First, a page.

Inventing a safer, healthier future
GE Healthcare treats patient safety data with SAS® Analytics
GE founder Thomas A. Edison once said: "I never perfected an invention that I did not think about in terms of the service it might give others. I find out what the world needs, then I proceed to invent."
As it has been for more than a century, that spirit of imagination and invention is still hard at work at GE. Synonymous with the word innovation, the company is applying its collective imagination to change some of the world's toughest problems – not the least of which is access to quality health care for everyone, the world over.
Healthymagination: cost, quality and access
"We're at work for a healthier world," says Mark Vachon, former President and CEO of GE Healthcare's $9 billion Americas region, recently promoted to Vice President of Ecomagination, GE's sustainable business strategy. "That's the purpose every GE Healthcare employee wakes up and comes to work for – it's an incredibly important purpose and it energizes us. Our strategy is called 'healthymagination,' which really boils down to cost, quality and access. Everything we do is focused on using our significant resources to innovate along those axes, and to make a difference in every part of the world."
With its significant shoulder behind the advancement of universal solutions to help everyone gain access to quality, low-cost health care, GE is applying research, knowledge and technology to deliver a broad array of health care solutions. Solutions like Qualibria™, its real-time clinical knowledge platform for bedside patient treatment, and AgileTrac™, to help optimize hospital facility capacity and asset management, are prime examples of the imaginative and innovative work Edison himself would have been proud of.
Better patient data = better patient care
"In the airline and manufacturing industries, the culture of reporting near misses is robust. You don't want to find out about an issue when it's an event, but rather when it's a near miss," explains Vachon. "The ratio of near misses to actual events in the airline industry is approximately 50-to-1. It's a culture that's developed on the expectation that if there's an issue, it gets surfaced.
"In the health care industry, the ratio is not well-documented, but it's about 300-to-1," he continues. "The reason is that the culture of medical professionals is resistant to reporting on peers, much less themselves, regarding near-miss events. Not to mention the fear of litigation. The problem is exacerbated by ineffective reporting tools. Many hospitals still rely on paper, spreadsheets or first-generation event reporting systems. Even if you could change the cultural dynamic, it would still be problematic. That's why we formed the patient safety organization, which puts a cloak of anonymity around the information so that we can, without fear of retribution among practitioners, extract near-miss data and analyze it to find root causes, share data and prevent future events."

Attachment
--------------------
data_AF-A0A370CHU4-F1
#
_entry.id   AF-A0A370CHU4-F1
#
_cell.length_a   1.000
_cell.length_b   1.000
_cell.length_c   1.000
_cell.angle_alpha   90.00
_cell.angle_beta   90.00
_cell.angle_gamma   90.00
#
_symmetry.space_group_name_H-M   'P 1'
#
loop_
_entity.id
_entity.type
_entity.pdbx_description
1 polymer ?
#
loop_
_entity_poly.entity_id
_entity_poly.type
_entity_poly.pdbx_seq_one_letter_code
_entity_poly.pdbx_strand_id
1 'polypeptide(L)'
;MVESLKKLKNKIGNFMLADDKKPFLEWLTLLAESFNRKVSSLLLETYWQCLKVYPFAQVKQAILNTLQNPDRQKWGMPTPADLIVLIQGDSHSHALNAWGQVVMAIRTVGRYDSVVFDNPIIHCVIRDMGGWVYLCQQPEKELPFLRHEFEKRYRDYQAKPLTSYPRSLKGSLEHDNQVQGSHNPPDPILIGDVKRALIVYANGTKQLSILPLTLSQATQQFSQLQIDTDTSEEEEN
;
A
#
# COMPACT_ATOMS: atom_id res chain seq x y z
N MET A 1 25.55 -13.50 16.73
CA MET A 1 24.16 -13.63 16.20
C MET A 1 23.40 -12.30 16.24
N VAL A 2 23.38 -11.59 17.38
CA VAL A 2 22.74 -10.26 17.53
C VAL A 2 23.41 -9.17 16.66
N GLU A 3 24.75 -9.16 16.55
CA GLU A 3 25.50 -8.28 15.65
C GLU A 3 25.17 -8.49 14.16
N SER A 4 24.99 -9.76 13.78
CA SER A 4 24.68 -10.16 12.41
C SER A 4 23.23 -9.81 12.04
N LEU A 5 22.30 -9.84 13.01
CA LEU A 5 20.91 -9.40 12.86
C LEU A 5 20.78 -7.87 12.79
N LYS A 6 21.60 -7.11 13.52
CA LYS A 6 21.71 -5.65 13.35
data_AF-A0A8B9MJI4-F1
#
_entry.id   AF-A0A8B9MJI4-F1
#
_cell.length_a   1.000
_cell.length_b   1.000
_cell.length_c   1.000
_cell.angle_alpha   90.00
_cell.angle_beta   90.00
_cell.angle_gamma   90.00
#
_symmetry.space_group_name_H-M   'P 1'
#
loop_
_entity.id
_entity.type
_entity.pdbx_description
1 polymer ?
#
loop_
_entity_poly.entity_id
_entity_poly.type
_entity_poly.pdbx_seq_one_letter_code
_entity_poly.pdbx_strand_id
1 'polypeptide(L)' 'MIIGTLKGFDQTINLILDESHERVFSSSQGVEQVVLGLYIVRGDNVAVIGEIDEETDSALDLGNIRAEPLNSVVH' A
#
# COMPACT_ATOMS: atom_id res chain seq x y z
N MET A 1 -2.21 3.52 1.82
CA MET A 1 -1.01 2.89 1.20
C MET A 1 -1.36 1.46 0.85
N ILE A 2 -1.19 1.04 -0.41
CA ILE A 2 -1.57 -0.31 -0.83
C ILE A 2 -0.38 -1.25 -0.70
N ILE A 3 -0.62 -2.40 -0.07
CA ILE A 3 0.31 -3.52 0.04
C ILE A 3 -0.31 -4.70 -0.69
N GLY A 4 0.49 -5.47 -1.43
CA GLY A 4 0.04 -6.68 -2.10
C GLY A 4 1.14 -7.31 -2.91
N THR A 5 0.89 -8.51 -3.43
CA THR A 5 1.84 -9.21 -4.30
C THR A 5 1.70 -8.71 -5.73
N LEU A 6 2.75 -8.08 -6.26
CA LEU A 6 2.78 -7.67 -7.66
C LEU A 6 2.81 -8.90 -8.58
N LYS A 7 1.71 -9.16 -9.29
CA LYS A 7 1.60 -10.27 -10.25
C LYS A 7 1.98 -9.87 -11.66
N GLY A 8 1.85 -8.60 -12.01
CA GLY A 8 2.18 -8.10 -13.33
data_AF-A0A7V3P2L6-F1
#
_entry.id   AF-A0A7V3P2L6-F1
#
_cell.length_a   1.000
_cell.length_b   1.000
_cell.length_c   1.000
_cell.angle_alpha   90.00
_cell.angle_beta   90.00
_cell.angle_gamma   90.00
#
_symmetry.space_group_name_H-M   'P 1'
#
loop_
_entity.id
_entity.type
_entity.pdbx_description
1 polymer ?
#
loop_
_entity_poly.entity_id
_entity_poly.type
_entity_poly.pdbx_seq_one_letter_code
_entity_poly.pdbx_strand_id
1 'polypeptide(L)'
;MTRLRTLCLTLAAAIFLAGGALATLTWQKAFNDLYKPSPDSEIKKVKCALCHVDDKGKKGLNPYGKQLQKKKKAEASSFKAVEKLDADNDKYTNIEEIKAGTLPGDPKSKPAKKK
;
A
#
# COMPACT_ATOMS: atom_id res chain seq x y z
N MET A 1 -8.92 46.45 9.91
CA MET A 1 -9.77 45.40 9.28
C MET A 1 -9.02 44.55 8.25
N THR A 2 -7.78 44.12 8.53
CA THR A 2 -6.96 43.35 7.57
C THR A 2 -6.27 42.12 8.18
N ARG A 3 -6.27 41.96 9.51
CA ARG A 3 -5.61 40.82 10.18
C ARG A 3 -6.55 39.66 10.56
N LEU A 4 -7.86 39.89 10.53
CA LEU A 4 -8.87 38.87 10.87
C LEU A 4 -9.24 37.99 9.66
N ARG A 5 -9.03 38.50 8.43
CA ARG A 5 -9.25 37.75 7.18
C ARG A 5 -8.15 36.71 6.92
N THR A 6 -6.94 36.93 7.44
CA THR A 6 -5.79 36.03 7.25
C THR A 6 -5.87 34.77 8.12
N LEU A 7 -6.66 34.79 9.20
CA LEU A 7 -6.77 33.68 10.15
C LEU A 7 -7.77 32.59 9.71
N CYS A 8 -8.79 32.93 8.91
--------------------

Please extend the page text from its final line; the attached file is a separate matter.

With a history in the business process strategy Six Sigma, as well having the resources to collect and store large amounts of detailed data, GE Healthcare and SAS are well-equipped to manage the data volumes needed for effective analytics that deliver statistical significance.
"There are three fundamental pillars for successfully attacking the problem of medical error," explains Vachon. "The first is a best-in-class event reporting system; we have that in the system we call MERS: Medical Event Reporting System. It was developed at Columbia University and really does provide the best solution for capturing the level of detail required for effective analysis. The second is analytics. I'm excited about the relationship we have with SAS in this area. We had to have a world-class company that lives and breathes analytics like SAS. And the third piece is our consulting capability – to take data and turn it into real change."